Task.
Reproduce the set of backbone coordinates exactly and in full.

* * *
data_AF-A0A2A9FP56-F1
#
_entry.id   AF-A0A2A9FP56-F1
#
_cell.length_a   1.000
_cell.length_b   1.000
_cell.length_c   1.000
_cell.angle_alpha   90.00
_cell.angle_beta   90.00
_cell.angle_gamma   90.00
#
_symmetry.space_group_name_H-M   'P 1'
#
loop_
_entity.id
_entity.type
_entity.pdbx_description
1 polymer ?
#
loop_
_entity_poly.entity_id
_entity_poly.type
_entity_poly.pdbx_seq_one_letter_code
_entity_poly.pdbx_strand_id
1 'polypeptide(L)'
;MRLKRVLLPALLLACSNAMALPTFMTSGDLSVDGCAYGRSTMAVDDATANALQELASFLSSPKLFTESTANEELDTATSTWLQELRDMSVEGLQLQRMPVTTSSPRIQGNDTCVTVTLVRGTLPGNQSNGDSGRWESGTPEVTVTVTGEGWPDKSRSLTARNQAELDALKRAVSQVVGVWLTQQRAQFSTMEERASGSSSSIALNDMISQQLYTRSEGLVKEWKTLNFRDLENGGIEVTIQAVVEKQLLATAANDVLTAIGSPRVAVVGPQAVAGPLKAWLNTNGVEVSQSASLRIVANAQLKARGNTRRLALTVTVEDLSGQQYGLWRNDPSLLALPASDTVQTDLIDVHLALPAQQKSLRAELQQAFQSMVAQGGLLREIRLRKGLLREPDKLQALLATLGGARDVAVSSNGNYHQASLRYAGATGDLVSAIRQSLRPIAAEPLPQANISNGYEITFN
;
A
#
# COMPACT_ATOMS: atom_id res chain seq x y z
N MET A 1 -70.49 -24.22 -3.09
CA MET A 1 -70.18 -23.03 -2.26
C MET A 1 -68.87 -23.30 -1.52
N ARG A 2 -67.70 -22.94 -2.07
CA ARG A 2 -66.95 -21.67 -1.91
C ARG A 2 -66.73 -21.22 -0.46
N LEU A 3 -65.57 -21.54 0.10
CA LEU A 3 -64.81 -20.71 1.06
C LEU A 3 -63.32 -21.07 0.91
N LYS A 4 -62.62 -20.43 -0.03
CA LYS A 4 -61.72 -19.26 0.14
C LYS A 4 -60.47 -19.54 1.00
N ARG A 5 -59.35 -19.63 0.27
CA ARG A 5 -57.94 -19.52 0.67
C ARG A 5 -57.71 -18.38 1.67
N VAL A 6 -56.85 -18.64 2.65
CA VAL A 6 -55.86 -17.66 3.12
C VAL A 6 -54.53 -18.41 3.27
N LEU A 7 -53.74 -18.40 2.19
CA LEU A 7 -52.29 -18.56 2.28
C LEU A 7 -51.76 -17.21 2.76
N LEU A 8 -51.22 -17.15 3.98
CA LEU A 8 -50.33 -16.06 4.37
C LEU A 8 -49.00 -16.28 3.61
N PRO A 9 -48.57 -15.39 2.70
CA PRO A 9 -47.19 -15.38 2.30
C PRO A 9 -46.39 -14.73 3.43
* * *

data_AF-A0A2A9FP56-F1
#
_entry.id   AF-A0A2A9FP56-F1
#
_cell.length_a   1.000
_cell.length_b   1.000
_cell.length_c   1.000
_cell.angle_alpha   90.00
_cell.angle_beta   90.00
_cell.angle_gamma   90.00
#
_symmetry.space_group_name_H-M   'P 1'
#
loop_
_entity.id
_entity.type
_entity.pdbx_description
1 polymer ?
#
loop_
_entity_poly.entity_id
_entity_poly.type
_entity_poly.pdbx_seq_one_letter_code
_entity_poly.pdbx_strand_id
1 'polypeptide(L)'
;MRLKRVLLPALLLACSNAMALPTFMTSGDLSVDGCAYGRSTMAVDDATANALQELASFLSSPKLFTESTANEELDTATSTWLQELRDMSVEGLQLQRMPVTTSSPRIQGNDTCVTVTLVRGTLPGNQSNGDSGRWESGTPEVTVTVTGEGWPDKSRSLTARNQAELDALKRAVSQVVGVWLTQQRAQFSTMEERASGSSSSIALNDMISQQLYTRSEGLVKEWKTLNFRDLENGGIEVTIQAVVEKQLLATAANDVLTAIGSPRVAVVGPQAVAGPLKAWLNTNGVEVSQSASLRIVANAQLKARGNTRRLALTVTVEDLSGQQYGLWRNDPSLLALPASDTVQTDLIDVHLALPAQQKSLRAELQQAFQSMVAQGGLLREIRLRKGLLREPDKLQALLATLGGARDVAVSSNGNYHQASLRYAGATGDLVSAIRQSLRPIAAEPLPQANISNGYEITFN
;
A
#
# COMPACT_ATOMS: atom_id res chain seq x y z
N MET A 1 -70.49 -24.22 -3.09
CA MET A 1 -70.18 -23.03 -2.26
C MET A 1 -68.87 -23.30 -1.52
N ARG A 2 -67.70 -22.94 -2.07
CA ARG A 2 -66.95 -21.67 -1.91
C ARG A 2 -66.73 -21.22 -0.46
N LEU A 3 -65.57 -21.54 0.10
CA LEU A 3 -64.81 -20.71 1.06
C LEU A 3 -63.32 -21.07 0.91
N LYS A 4 -62.62 -20.43 -0.03
CA LYS A 4 -61.72 -19.26 0.14
C LYS A 4 -60.47 -19.54 1.00
N ARG A 5 -59.35 -19.63 0.27
CA ARG A 5 -57.94 -19.52 0.67
C ARG A 5 -57.71 -18.38 1.67
N VAL A 6 -56.85 -18.64 2.65
CA VAL A 6 -55.86 -17.66 3.12
C VAL A 6 -54.53 -18.41 3.27
N LEU A 7 -53.74 -18.40 2.19
CA LEU A 7 -52.29 -18.56 2.28
C LEU A 7 -51.76 -17.21 2.76
N LEU A 8 -51.22 -17.15 3.98
CA LEU A 8 -50.33 -16.06 4.37
C LEU A 8 -49.00 -16.28 3.61
N PRO A 9 -48.57 -15.39 2.70
CA PRO A 9 -47.19 -15.38 2.30
C PRO A 9 -46.39 -14.73 3.43